Mataura River water takes
The Mataura River – the challenge of water allocation
The 190km long Mataura River is renowned as a source of brown trout and is a legendary dry fly river, drawing national and international fishers. The Mataura River catchment also has significant cultural values, with a freshwater mātaitai reserve on the Mataura River recognising the importance of the river for customary food gathering.
Water Conservation Order
In 1984, four organisations applied for a national water conservation order in respect of the Mataura River and its tributaries, in order to protect trout and the trout fishery. It was a long process to get the order, going through a series of public consultation, hearings and appeals, before the Water Conservation (Mataura River) Order 1997 (WCO) was made on 7 July 1997.
Although the WCO’s primary goal was to protect the trout fishery, other values such as native fish, wading birds and gulls are protected as a consequence.
The WCO stipulates that at any point, 95% of the natural flow in the Mataura River must remain and as a regional council, we are required to adhere to the order when issuing consents for water takes. The WCO prohibits us from issuing any new or replacement resource consents if more than 95% of the flow is allocated for abstraction.
How is water allocated?
Water takes are allocated in accordance with the WCO, which allows for 5% of the instantaneous flow to be allocated. For pragmatic management this has been divided up to allow for 5% of the flow below 9 cubic meters per second (cumecs) at Gore. Minimum flow cut-offs are then progressively increased at two cumec blocks at Gore e.g. 9, 11, 13, 15, 17, 19, 21, 23 cumecs. The over-allocation is occurring in the lower blocks, with the higher blocks being within the allocation limits.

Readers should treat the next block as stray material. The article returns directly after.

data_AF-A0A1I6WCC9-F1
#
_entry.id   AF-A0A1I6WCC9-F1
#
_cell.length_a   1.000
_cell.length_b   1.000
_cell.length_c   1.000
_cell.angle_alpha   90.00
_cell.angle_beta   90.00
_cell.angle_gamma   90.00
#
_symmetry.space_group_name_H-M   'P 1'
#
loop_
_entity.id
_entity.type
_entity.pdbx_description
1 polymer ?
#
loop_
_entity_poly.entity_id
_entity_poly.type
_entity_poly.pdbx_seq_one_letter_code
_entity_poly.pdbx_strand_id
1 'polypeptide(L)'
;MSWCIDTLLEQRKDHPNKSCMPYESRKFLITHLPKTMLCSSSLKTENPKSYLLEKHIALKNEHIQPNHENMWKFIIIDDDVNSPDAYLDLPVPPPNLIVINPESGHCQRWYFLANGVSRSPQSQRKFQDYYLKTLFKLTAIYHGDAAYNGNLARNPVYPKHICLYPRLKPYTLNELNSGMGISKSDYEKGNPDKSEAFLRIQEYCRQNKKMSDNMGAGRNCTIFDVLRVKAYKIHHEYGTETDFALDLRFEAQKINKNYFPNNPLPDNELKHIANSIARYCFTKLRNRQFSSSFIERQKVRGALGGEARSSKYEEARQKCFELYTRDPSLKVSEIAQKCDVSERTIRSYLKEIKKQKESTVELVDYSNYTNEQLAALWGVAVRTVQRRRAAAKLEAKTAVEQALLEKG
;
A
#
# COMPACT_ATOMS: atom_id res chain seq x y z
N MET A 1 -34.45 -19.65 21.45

Abstractions that impact flow in the Mataura River fall into two broad categories:
- Direct abstractions from rivers and streams; and
- Abstractions from groundwater that has a good hydraulic connection to surface flows in streams and rivers. This groundwater pumping effect on surface waterways is referred to as “stream depletion”. This is indicated in the schematic diagram below for a bore pumping groundwater near a stream.
We’ve identified an issue with our consent allocations for water takes in the Mataura catchment, specifically affecting those above Gore.
The river above Gore has been over-allocated, which means that more water is allocated to abstractors than is allowed by the WCO.
Environment Southland have conducted an independent review (carried out by Pattle Delamore Partners Ltd) as to how this over-allocation situation occurred. The review did not find any errors in the decisions on previous consent applications based on the information that was provided to decision makers at the time. The over-allocation has occurred because:
- Some consents, that affect the flow in the river, had been omitted from previous allocation totals;
- The effect of some groundwater takes on the river flow had not been properly assessed;
- Implementation of the stream depletion calculation methods in the proposed Southland Water and Land Plan have increased the overall quantity that needs to be included in the surface water allocation bands.